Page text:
THE BAJA POST
SOURCE: PRN MEDIA
The global chemical industry accounts for around 4% of global greenhouse gas emissions. It must end its fossil dependency and become a planet-positive force by embracing a more circular, low emissions operating model, according to a major new report from Systemiq, the system change company, and the Center for Global Commons at the University of Tokyo. Without urgent action, the industry faces reputational and regulatory risk and may lose its social license to operate, the report warns.
The Planet Positive Chemicals report (Systemiq, UTokyo) provides an unprecedented blueprint for the future of the chemical industry, which is worth $4.7 trillion dollars in annual revenues(1) and provides the chemicals that are essential to all sectors of the economy from packaging and consumer goods to construction and fertilisers. It says the industry currently has multiple harmful impacts on our planet, including high carbon emissions and pollution, and its action on climate is currently lagging behind other sectors.
The report identifies the need for radical interventions on both supply and demand sides for the industry to operate within planetary boundaries. Its findings include:
- Chemical products are used across all downstream industries – other sectors of the economy cannot reach net zero without mitigating the climate impacts of the chemicals value chain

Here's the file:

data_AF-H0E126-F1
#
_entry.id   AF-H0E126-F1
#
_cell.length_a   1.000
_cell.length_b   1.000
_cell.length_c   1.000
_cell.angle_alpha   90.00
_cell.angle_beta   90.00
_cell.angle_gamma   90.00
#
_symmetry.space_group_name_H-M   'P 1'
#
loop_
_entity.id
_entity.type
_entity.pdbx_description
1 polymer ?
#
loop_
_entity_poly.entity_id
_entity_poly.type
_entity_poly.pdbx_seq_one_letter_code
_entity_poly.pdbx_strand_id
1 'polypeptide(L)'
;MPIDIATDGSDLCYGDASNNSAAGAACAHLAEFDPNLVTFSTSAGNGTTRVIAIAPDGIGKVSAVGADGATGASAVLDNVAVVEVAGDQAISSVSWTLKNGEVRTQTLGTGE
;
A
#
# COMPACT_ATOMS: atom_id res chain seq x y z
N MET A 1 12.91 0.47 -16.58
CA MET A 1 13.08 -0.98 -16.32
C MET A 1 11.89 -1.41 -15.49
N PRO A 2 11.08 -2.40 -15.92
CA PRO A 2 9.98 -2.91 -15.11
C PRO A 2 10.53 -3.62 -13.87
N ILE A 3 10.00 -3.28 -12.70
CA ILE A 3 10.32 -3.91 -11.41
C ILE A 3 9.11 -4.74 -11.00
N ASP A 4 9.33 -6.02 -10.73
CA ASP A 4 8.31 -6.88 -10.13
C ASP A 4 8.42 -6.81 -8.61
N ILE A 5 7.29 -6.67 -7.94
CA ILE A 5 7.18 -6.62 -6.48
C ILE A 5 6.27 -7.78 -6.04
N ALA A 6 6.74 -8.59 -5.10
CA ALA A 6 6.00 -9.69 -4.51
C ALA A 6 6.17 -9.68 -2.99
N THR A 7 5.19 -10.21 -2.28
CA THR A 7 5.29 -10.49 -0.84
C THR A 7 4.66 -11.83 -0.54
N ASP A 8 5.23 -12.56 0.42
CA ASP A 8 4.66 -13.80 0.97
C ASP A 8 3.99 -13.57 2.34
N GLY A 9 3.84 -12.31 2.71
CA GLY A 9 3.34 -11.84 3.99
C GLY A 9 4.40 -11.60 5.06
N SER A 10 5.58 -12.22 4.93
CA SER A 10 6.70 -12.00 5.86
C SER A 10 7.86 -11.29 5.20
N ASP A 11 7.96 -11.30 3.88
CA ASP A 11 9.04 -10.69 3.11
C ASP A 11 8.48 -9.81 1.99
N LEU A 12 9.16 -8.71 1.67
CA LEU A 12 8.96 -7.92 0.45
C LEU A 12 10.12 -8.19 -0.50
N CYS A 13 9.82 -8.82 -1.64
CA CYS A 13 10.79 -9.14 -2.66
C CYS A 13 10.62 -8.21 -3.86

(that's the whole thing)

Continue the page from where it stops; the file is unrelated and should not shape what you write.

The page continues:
- Chemical production would need to double by 2050 to enable a sustainable global economy, with rapid growth in ammonia (around 440%) mainly for use as a sustainable shipping fuel and methanol (330%) to create plastic without using fossil sources
- Expected growth means net zero will be dependent on the maximum scaling of a few key abatement technologies like carbon capture and storage (CCS) – without which the chemicals industry becomes a major climate risk
- Up to 640 million tonnes of CCS capacity will be needed every year by 2050 if the industry does not move away from fossil feedstocks
- Circular approaches can reduce total demand for chemicals by up to 31% by 2050 – with industry reusing and recycling chemicals, or switching certain chemicals for lower-emissions alternatives
- Supply transition requires a shift away from fossil fuels and feedstocks and scaling of CCS to capture residual emission from production processes and end of life chemicals
- Replacing fossil feedstocks will make the industry the largest global consumer of green hydrogen (up to half of all demand by 2050), driving scale-up of this critical enabler of the energy transition
- This creates economic opportunities as the site of primary chemical production for developing countries that have abundant, affordable renewable energy sources to make low-cost green hydrogen
- The industry could become carbon negative by the early 2040s and a carbon sink by 2050, using CO2 from the air and biomass to make plastic and storing carbon underground at end-of-life
- The transition can create 29 million jobs in upstream production, circular chemicals and waste management – but the chemical industry needs to reposition itself in order to attract highly-skilled workers who often seek environmental and social purpose
- Retrofitting of legacy production and new greenfield chemical production infrastructure will require capex expenditure of over $3 trillion